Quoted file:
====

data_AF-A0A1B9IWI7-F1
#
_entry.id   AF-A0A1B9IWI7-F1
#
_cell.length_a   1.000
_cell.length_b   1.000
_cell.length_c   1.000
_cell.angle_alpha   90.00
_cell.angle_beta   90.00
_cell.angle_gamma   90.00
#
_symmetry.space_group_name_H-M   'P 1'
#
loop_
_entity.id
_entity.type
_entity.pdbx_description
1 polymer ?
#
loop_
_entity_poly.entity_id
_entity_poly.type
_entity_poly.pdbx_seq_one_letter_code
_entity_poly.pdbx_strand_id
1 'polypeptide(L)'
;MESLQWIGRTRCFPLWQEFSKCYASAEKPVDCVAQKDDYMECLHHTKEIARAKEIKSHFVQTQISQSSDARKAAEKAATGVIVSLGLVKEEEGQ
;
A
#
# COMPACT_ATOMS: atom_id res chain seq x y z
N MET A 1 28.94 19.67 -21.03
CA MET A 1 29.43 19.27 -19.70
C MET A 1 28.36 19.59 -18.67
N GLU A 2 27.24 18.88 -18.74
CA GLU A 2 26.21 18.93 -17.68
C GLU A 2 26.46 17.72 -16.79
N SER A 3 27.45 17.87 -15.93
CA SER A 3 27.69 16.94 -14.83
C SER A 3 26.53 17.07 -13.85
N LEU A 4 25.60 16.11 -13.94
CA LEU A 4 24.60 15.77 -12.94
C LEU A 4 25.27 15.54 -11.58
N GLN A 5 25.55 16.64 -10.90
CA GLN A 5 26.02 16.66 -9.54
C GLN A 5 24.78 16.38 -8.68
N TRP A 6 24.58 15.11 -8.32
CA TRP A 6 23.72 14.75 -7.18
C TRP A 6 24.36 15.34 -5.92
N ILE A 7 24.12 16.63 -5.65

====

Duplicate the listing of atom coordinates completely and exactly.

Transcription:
data_AF-A0A1B9IWI7-F1
#
_entry.id   AF-A0A1B9IWI7-F1
#
_cell.length_a   1.000
_cell.length_b   1.000
_cell.length_c   1.000
_cell.angle_alpha   90.00
_cell.angle_beta   90.00
_cell.angle_gamma   90.00
#
_symmetry.space_group_name_H-M   'P 1'
#
loop_
_entity.id
_entity.type
_entity.pdbx_description
1 polymer ?
#
loop_
_entity_poly.entity_id
_entity_poly.type
_entity_poly.pdbx_seq_one_letter_code
_entity_poly.pdbx_strand_id
1 'polypeptide(L)'
;MESLQWIGRTRCFPLWQEFSKCYASAEKPVDCVAQKDDYMECLHHTKEIARAKEIKSHFVQTQISQSSDARKAAEKAATGVIVSLGLVKEEEGQ
;
A
#
# COMPACT_ATOMS: atom_id res chain seq x y z
N MET A 1 28.94 19.67 -21.03
CA MET A 1 29.43 19.27 -19.70
C MET A 1 28.36 19.59 -18.67
N GLU A 2 27.24 18.88 -18.74
CA GLU A 2 26.21 18.93 -17.68
C GLU A 2 26.46 17.72 -16.79
N SER A 3 27.45 17.87 -15.93
CA SER A 3 27.69 16.94 -14.83
C SER A 3 26.53 17.07 -13.85
N LEU A 4 25.60 16.11 -13.94
CA LEU A 4 24.60 15.77 -12.94
C LEU A 4 25.27 15.54 -11.58
N GLN A 5 25.55 16.64 -10.90
CA GLN A 5 26.02 16.66 -9.54
C GLN A 5 24.78 16.38 -8.68
N TRP A 6 24.58 15.11 -8.32
CA TRP A 6 23.72 14.75 -7.18
C TRP A 6 24.36 15.34 -5.92
N ILE A 7 24.12 16.63 -5.65